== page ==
The tallest building in Nashville today is the Batman Building.
The party goes on day and night.
Here, Barbara is trying to get a group to sing:
I don’t thing they will make it to the Circle.
Stopped in Ernest Tubb’s record shop, yes they still were selling records, when I was surprised to see a tribute to Spec.4 James T. Davis.
Davis was in the same type of unit I was in the Army, Army Security Agency, and was the first soldier killed in the Vietnam War on December 22, 1961.
One of the great things about Nashville, you can walk into any bar
and see live music, with no cover charge.
Barbara said I should get a close up
I don’t think that is what she had in mind
Jasper Newton Daniel was born September 5, 1847 in Lynchburg, Tennessee, a small town founded in 1801.
At the age of nine (oh, they grow up so fast) he left home to strike out on his own. He ended up at the home of Dan Call, a preacher at a nearby Lutheran church and the owner of a general store. There, Reverend Call also happened to sell whiskey that he distilled himself. Jasper showed an interest in learning to distill whiskey and was paired up with a slave, Nathan Green, who was a master distiller. Nathan was born into slavery and emancipated after the Civil War. He continued with Reverend Call as a freeman.
Jasper learned his craft well. A short distance from the Call property was a spring in a cave, where the water temperature was a constant 56 degrees. Perfect water for whisky. The property was purchased and Jack began his distillery.
We toured the distillery. Barbara took the wet tour and I the dry.
Jack Daniel’s is a Tennessee Whiskey as opposed to a Bourbon because the whiskey goes through a charcoal mellowing process while it is still moonshine. Then it heads to the barrel to age, just like Bourbon.
I didn’t have to taste the whiskey, as between smelling the fermentation and the charcoal mellowing, I was high.
This safe killed Jack Daniels.
One morning in 1906, Jack arrived at his office before anybody else. He tried to access the company safe, but had a terrible time remembering the code. After a few frustrating minutes, he kicked the safe as hard as he could. He badly bruised his left foot and immediately began to walk with a limp. The limp only grew worse with time, and he later discovered the injury had led to blood poisoning. Then came gangrene, then amputation, and then death.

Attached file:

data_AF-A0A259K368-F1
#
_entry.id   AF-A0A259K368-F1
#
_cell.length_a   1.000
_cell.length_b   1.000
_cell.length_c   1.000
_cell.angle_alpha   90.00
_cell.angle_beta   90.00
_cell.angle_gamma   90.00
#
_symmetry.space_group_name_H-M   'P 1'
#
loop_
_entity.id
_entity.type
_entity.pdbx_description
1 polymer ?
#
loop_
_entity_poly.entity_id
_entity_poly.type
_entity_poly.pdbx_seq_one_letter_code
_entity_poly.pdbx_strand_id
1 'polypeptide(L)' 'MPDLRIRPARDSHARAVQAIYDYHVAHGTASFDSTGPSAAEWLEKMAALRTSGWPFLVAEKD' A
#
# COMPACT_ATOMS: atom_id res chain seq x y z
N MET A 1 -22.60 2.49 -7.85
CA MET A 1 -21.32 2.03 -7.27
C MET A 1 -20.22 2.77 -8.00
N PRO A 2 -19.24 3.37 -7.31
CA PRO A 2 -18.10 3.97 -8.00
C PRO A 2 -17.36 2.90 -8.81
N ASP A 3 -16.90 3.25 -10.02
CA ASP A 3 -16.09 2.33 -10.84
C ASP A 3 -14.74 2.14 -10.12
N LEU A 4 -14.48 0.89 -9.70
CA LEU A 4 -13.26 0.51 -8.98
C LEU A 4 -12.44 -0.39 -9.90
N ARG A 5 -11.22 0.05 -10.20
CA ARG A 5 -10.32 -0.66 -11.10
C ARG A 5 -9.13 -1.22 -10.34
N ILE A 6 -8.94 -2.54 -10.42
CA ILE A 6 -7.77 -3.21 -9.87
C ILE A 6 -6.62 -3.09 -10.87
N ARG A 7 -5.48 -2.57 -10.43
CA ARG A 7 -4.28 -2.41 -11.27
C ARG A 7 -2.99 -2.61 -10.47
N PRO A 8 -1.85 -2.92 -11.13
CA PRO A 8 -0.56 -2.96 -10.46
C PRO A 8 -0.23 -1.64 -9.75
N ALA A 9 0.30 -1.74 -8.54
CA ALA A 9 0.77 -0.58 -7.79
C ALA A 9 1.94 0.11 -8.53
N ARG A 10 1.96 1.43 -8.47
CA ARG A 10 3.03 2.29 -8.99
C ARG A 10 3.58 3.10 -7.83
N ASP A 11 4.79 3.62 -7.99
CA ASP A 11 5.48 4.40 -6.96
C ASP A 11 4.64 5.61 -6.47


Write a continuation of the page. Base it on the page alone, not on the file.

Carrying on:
Let’s not forget, we are in the South.
When we were previously in Nashville, Tennessee, we attended the Grand Ole Opry at The Ryman Theater. Today we attended the Grand Ole Opry at it’s current location, The Grand Ole Opry House, about 12 miles from Nashville center. The new facility saw it’s first show on Saturday, March 16, 1974, and was built to accommodate a larger audience, from 2,000 seats at the Ryman to 4,000 seats here.
The show is hosted by Eddie Stubbs, born November 25, 1961 in Gaithersburg, Maryland. For 24 years Stubbs has been the announcer for WSM radio and The Grand Ole Opry.
Today’s performers included Raiders in the Sky
and Ricky Skaggs
Prior to the show, we toured the backstage of the Grand Ole Opry House. We saw the dressing rooms of the stars of the Opry.
Just the other day Dolly Parton sat here:
Got that picture in your head?
To carry on the tradition of the show’s run at the Ryman, a six-foot circle of oak was cut from the corner of the Ryman’s stage and inlaid into center stage at the new venue. Artists on stage stand on the circle as they performed.
It is the dream of all the hopefuls in Nashville to “make it to the circle”.
It has been a year since our trip to Alaska and the Arctic Circle. This year, part of our group are touring the Canadian Maritimes. The rest, since we are from all over the country, decided to meet for a reunion in a central place, and we chose Nashville, Tennessee. We did a lot when we were here before, see days 217, 218, 219, 220, 221, 222, and Day 223.
One of the great things about Nashville, there are entertainers, mostly singers, everywhere. Even the campground we are staying has nightly free entertainment. After we set up the Sphinx, we walked to the outside pavilion and watch “Pork” sing. This guy could really handle a guitar.